The field of application is telecommunication (frequency modulation):
processing samples coming from the E4000-RTL2832U tuner IC of a NooElec NESDR SMART XR, a software defined radio device.
The aim of the algorithm in this case study is finding the maxima of the samples in the 87.5-108 MHz so that the station tuning is made automatically.
Even the C and C++ are old languages the writer is still fascinated from them; therefore the code that processes samples is written in simple C++.
The code is made by three files: sgsmooth.h, sgsmooth.cpp and the main. The first two are the implementation of the Savitsky-Golay algorithm, the last is the orchestrator.
Tipically when a programming language is used in an applied field every sort of elegance is set aside. This is an example. But, on the other side, the reader is going to be focused on the gist of the matter. A spartan effective code is better then an elegant unuseful one.
Let's proceed.
Within the main a samples sequence of 2048 is provided; the struct spectrumPointInfo brings inside, the info about the points, that is, its abscissa, its amplitude and its derivative.
typedef struct spectrumPointInfo {
int x;
double amplitude;
double derivative;
spectrumPointInfo& operator=(spectrumPointInfo _spectrumPointInfo)
{
this->x = _spectrumPointInfo.x;
this->amplitude = _spectrumPointInfo.amplitude;
this->derivative = _spectrumPointInfo.derivative;
return *this;
}
} StructSpectrumPointInfo;
The SG window processed each time, is made by 30 samples, and the polynomial degree has been set to 5. The main is an orchestrator, so, it makes use not only of the SG algorithm, but other minor elaborations are made to achieve the goal; for example, the sequence of samples is processed two times in amplituted, to obtain a smoother final function. The other processing blocks are so simple that the reader won't have difficult to understand them.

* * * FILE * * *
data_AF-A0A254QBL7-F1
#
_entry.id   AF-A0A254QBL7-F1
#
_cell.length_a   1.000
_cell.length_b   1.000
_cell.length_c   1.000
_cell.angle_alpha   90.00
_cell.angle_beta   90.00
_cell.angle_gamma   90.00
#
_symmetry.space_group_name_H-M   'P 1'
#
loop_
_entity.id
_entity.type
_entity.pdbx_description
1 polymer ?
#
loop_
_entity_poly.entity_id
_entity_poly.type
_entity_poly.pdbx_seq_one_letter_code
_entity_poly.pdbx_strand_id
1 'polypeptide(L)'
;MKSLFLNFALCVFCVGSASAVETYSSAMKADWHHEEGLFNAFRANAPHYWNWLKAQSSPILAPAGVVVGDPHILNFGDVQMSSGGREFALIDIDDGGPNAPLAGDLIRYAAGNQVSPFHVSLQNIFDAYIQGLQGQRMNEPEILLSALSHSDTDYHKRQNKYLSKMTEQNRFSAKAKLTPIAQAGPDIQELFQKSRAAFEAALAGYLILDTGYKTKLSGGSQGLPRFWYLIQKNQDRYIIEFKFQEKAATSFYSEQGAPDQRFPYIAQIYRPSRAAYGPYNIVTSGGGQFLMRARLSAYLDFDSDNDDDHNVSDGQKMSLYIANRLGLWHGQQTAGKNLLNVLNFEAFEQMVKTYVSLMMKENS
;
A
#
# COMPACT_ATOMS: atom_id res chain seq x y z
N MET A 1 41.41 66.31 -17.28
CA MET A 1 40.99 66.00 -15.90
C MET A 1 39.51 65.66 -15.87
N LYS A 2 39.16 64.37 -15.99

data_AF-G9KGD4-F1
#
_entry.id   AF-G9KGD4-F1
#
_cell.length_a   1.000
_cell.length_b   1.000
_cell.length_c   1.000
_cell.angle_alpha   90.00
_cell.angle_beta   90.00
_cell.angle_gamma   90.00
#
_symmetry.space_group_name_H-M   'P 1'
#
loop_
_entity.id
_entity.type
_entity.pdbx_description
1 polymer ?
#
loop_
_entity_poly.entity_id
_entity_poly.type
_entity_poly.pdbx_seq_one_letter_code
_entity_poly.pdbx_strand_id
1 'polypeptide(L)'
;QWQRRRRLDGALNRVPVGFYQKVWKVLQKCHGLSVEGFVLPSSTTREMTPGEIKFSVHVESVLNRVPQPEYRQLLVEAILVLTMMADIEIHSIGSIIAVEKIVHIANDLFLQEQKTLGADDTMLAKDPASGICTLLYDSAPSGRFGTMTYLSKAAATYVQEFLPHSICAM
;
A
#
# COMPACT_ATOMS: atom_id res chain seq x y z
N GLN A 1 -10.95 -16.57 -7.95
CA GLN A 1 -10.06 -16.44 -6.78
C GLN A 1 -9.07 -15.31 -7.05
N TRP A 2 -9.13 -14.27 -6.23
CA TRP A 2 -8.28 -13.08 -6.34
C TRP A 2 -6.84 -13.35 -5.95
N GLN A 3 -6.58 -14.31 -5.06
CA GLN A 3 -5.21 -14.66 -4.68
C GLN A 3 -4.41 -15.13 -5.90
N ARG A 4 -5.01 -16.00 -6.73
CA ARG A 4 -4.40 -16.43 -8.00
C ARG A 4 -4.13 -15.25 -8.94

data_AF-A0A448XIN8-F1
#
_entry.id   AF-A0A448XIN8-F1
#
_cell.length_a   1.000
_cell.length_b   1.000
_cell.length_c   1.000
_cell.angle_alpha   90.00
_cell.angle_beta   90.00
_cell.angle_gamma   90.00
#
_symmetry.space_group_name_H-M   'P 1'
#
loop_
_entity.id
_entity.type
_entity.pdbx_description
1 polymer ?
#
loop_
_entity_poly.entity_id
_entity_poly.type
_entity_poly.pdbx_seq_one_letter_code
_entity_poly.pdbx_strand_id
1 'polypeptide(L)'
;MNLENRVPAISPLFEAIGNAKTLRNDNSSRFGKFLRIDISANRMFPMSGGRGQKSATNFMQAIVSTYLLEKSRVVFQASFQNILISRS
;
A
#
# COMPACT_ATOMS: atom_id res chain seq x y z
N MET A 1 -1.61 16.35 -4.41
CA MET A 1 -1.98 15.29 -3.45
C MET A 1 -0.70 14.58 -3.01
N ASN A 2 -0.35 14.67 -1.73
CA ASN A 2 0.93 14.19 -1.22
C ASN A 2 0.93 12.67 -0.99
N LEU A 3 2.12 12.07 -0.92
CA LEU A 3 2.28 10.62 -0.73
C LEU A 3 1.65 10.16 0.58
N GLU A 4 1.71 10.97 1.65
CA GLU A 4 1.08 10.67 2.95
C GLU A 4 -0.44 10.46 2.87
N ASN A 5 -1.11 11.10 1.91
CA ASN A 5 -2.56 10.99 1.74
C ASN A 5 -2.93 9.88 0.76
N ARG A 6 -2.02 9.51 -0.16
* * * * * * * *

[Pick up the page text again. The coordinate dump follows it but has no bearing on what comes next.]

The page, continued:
It's worth noting the makeAVG function that makes an arithmetical average of the data, pre_elaborate that subtractes from a sequence of samples its average and doCalculateMax that is the real orchestrator.
//make average of all samples
double makeAVG(double* points, int array_lentgth) {
double average = 0.0;
for(int a=0;a0 ? (points[a]-average) : 0 ;
}
return points;
}
The output of the main will be 4 files:
calc_sgsmooth.txt, giving the points of the smoothed function
calc_sgsderiv.txt, giving the derivatives
max.txt, giving all points sorted for amplitude
max_chosen.txt, giving the best amplitude points
to compile the code, go into the project dir and type:
ivan@beyond-macbook:~/Desktop/sg_ice\-> g++ -o sg_ice main.cpp sgsmooth.cpp -Wall -fPIC -std=c++1
to launch the process, type:
ivan@beyond-macbook:~/Desktop/sg_ice\-> ./sg_ice
Within the companion excel, the reader can see three columns of numbers: the original samples sequence, the sequence of sample elaborated, the derivative sample sequence and on the right the realted charts.
In the download section the reader can retrieve a zip file containing:
- the project
- data_demodulator_comparison_2018_11.xlsx
- savgol.pdf
Savitzky-Golay is one of the innumerable algorithms available from the data processing discipline, but, its semplicity and its ingenious are underestimated and often forgotten; it is a powerfull tool to analyze every sort of data in a digital context.
That's all, thanks you for reading.

Original sequence

Elaborated amplitude sequence

sg_ice.zip

Chosen max

Derivates sequence

back to home

LINUX
Savitzky-Golay
Data processing